transplant tourism

transplant tourism

Patients and donors travel globally for transplantation purposes. This is not necessarily illegal. The 2008/2018 Declaration of Istanbul distinguishes between (legal) travel for transplantation and (unethical) transplant tourism:

"Travel for transplantation is the movement of persons across jurisdictional borders for transplantation purposes. Travel for transplantation becomes transplant tourism, and thus unethical, if it involves trafficking in persons for the purpose of organ removal or trafficking in human organs, or if the resources (organs, professionals and transplant centres) devoted to providing transplants to non-resident patients undermine the country's ability to provide transplant services for its own population."

In practice, it has proven to be next-to-impossible to distinguish travel for transplantation from transplant tourism. Transplant tourism is difficult to establish due to its legal complexity, jurisdictional loopholes and the lack of cross-border collaboration. There has also been critique against the transplant community's condemnation of transplant tourism. While transplant tourism is publicly condemned and can involve severe medical risks for patients and donors, there is emerging evidence that it is tolerated in practice.


Selected reading

  • Declaration of Istanbul Custodian Group. Patient Brochure. Thinking of buying a kidney? At
  • Martin, D. E., Van Assche, K., Domínguez-Gil, B., López-Fraga, M., Garcia Gallont, R., Muller, E., Capron, A. M. (2019). A new edition of the Declaration of Istanbul: updated guidance to combat organ trafficking and transplant tourism worldwide. Kidney International, 95(4), 757-759. doi:10.1016/j.kint.2019.01.006
  • Evans, R. W. (2008). Ethnocentrism is an unacceptable rationale for health care policy: A critique of transplant tourism position statements. American Journal of Transplantation, 8(6), 1089-1095.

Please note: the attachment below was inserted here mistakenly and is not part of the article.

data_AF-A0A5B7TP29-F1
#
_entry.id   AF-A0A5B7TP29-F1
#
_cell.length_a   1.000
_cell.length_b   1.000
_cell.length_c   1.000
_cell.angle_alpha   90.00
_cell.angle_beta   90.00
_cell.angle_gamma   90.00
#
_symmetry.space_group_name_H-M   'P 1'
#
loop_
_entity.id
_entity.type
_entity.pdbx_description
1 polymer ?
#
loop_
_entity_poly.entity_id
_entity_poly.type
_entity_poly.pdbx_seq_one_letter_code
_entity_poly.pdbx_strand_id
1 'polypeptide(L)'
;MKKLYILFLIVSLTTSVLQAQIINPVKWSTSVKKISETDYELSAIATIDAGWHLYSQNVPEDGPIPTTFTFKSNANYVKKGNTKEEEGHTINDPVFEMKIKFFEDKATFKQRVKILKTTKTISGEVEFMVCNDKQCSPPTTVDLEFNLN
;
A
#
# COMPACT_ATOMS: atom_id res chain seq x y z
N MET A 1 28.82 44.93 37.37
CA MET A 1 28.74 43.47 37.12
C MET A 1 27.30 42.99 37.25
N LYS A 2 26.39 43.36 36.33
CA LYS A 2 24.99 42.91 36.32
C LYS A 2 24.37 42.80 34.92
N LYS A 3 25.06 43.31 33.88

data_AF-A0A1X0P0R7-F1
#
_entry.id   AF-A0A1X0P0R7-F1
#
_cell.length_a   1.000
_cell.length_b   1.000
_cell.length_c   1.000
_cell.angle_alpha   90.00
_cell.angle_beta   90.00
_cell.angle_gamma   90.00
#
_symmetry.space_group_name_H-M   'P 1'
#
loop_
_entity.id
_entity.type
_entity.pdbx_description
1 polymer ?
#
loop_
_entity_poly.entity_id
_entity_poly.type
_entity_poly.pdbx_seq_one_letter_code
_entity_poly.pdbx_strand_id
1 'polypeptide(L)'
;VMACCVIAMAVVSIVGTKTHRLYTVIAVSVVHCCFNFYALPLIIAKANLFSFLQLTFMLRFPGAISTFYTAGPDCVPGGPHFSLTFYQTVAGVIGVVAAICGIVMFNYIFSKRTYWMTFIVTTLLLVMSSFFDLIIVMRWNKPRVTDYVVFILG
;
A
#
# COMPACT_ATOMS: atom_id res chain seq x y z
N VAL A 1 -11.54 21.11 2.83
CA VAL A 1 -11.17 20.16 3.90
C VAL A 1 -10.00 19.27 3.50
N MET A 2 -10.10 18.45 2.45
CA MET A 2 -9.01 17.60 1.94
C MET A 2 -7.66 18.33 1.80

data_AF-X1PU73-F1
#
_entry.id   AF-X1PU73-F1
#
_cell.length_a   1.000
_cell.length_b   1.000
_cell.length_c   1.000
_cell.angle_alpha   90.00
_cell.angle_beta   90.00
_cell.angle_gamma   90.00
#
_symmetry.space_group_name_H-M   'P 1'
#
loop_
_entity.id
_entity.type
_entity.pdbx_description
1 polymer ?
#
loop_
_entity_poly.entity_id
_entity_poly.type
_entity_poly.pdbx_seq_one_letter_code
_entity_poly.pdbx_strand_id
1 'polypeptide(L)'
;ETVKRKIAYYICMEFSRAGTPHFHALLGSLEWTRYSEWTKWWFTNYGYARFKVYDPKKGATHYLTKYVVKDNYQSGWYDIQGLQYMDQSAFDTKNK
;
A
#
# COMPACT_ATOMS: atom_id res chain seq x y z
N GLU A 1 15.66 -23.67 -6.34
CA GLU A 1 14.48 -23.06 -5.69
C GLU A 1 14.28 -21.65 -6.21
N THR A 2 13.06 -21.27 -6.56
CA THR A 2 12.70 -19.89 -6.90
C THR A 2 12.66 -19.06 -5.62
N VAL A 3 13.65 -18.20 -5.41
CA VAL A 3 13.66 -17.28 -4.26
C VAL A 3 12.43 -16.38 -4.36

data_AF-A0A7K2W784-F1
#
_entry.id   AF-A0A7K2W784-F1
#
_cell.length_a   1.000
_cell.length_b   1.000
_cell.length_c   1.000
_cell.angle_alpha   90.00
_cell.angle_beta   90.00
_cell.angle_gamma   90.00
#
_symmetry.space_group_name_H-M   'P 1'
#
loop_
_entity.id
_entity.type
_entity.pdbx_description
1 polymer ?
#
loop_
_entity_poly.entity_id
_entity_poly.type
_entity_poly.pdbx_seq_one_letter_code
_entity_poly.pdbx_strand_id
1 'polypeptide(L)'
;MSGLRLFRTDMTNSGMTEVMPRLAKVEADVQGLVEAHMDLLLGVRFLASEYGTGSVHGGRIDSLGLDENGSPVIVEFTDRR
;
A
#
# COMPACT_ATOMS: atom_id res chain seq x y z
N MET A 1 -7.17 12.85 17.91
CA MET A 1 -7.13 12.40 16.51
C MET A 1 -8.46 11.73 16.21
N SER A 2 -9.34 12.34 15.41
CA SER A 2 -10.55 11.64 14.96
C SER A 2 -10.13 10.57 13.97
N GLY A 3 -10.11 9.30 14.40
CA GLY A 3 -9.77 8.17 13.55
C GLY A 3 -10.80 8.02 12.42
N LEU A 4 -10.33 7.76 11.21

• Friedlaender, M. The right to sell or buy a kidney: are we failing our patients? The Lancet. 2002; 359(9310)


Empirical studies

  • AlRahbi, F. and I. Alsalmi (2020). "Commercial Kidney Transplantation: Participants' Attitudes and Perceptions." Nephrol. Dial. Transplant. 35: 1978-1978.
  • Ambagtsheer, F. and Van Balen, B. ‘I’m not Sherlock Holmes’: Suspicions, secrecy and silence of transplant professionals in the human organ trade. European Journal of Criminology. 2020; 17(6) 764–783
  • Van Balen, L. J., et al. (2016). "Interviews With Patients Who Traveled From Macedonia/Kosovo, The Netherlands, and Sweden for Paid Kidney Transplantations." Progress in Transplantation 26(4): 328-334.
  • Berglund, S. and S. Lundin (2012). ‘I had to leave’: Making Sense of Buying a Kidney Abroad. The Body as a Gift, Resource, and Commodity: Exchanges Organs, Tissues and Cells in the 21st Century. Gunnarson M. and F. Svenaeus. Huddinge, Södertörn Studies in Practical Knowledge: 321–342.
  • Scheper-Hughes, N. (2011). "Mr Tati's holiday and João's safari - Seeing the world through transplant tourism." Body & Society 17(2-3): 55-92.
  • Huang, C. H., et al. (2011). "Motivations and decision-making dilemmas of overseas liver transplantation: Taiwan recipients' perspectives." Transplant Proc 43(5): 1754-1756.
  • Leung, S. S. H. and A. T. Y. Shiu (2007). "Experience of Hong Kong patients awaiting kidney transplantation in mainland China." Journal of Nursing and Healthcare of Chronic Illness 16(11c): 341-349.